Making Your Resume Stand Out: Tips for College Students

December 7, 2016 at 4:26 pm Leave a comment

By Brian Schmid

Resumes intimidate many college students. No single instruction or format exists for a perfect resume, and effective resumes don’t all look the same. A clean, professional resume can earn a candidate in the middle of the pack an interview, and a bad one can stop even the most competitive individual’s job search dead in its tracks.

My resume from high school almost embarrasses me – not because of the information but because of way I structured it. My unprofessional resume probably cost me early internship and work opportunities, and my current resume looks almost unrecognizable compared to my high school resume.

I’d like to share three tips I’ve picked up to create a strong resume and set yourself apart from the crowd: format with a message in mind, build better bullets, and tailor your experience.

brian

Format with a Message in Mind

The vast majority of my interviews have started with the same question: “Walk me through your resume.” While having a clear and concise answer to this question is vital, you can really set yourself apart by formatting your resume with this question in mind.

Place the most important section at the top of the resume. For most college students recruiting for internships or full-time positions, the top should be education followed by work experience.

Order gets a little grayer after education and work experience. I have a section on leadership, a section on extracurricular activities, and a short section on relevant skills. However, each person’s resume will be different depending on their experiences and things they’d like to emphasize. Academics may have a list of their published works, while independent consultants may have names of companies they’ve assisted.

Highlight key points in your work experience and extracurricular activities that will send a cohesive message. If you’re looking for a position in auditing and you’ve served as a treasurer or financial manager in multiple organizations, then highlight that experience every time it occurred. It reinforces your qualifications to the recruiter as he or she skims your resume. I’ll cover the challenge of finding the best way to highlight your work experience next.

Build Better Bullets

Bullet points comprise the majority of space on a resume, so you should pay close attention to best practices when creating yours. Here’s an example of the difference good bullet points can make:

Bad

  • Employee of the month (2x)

Good

  • Recognized twice as a STAR employee – top 5% of sales force

See the difference? The second bullet point is significantly more clear. Not only does it show that you were recognized twice for performance, it lays out the exact requirements you achieved. In addition, it starts off with a verb, making the recognition more active and action-oriented. Making every bullet point action-oriented will make the list parallel.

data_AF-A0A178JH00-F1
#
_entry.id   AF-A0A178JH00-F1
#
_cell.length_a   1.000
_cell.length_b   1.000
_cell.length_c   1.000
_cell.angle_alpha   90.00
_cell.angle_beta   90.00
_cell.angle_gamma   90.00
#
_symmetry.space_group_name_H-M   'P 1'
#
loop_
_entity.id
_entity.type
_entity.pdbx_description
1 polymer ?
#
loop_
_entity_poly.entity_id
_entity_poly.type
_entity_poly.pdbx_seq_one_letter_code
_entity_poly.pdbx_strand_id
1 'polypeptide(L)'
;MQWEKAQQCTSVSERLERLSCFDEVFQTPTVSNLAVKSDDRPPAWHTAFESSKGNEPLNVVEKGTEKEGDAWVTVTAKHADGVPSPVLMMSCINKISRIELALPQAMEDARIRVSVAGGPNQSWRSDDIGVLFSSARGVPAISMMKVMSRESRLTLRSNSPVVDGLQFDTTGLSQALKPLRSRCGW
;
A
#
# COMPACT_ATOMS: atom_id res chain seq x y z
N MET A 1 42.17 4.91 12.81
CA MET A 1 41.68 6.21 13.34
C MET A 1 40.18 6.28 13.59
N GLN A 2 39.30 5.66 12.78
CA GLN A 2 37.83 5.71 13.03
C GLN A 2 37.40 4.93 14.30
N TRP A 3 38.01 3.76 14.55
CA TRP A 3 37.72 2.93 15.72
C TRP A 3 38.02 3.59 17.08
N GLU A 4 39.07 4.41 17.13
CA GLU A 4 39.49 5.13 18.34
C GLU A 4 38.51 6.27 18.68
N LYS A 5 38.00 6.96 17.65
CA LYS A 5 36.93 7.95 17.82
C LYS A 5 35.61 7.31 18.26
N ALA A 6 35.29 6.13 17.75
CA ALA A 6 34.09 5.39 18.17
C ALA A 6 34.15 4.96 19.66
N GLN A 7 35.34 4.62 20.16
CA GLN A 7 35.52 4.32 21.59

Bullet points should always be as specific as possible, preferably utilizing hard numbers or percentages to denote increases or decreases. I generally use three bullet points per position or job, but no hard and fast rule exists – just make sure that no one position has too many bullet points, or it will look awkward on the page.

Tailor Your Experience

Tailoring your experience is extremely important. Any job or extracurricular position has many facets, and even more ways in which you can describe those discrete parts of your experience. Therefore, you should never apply to a new position with the same resume. Go through your resume with a fine-tooth comb and adjust your wording, experience, or bullet points to the position you’re applying for. For instance, if you completed an internship at the finance department in a global logistics form, another logistics firm would care deeply about your logistics experience, while an investment bank would care more about your financial modeling experience. You can tailor and target your resume towards each industry and position. For instance, let’s look at structuring a bullet point differently for consulting versus investment banking

Consulting

  • Created recommendations that improved overall kitchen throughput by 15%

Investment Banking

  • Created a dynamic Excel model that tracked all ingredients by date and type

See the difference? Both bullet points are about an individual creating a program that tracks ingredients in a restaurant, but the consulting bullet focuses on what you did with the data, while the investment banking bullet focuses on how you generated the data.

I recommend creating a master resume listing all of your experience, skills, awards, and education and adding to it over time. This list will probably be many pages long. When it comes time to apply for a position, you can use this master copy as a reference and effectively leverage your experience and resume to get an interview.

Creating a resume can be an intimidating part of the recruiting process, but attention to detail and effort in this process will pay dividends in the long run. Remember, if you format with a message in mind, create action-oriented bullets, and tailor your resume to the position, your resume will be heading towards the head of the pack.

For more excellent tips on resume creation and interview preparation, check out some of our other articles in the Job-Search Communication category.

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Entry filed under: Job-search Communication.

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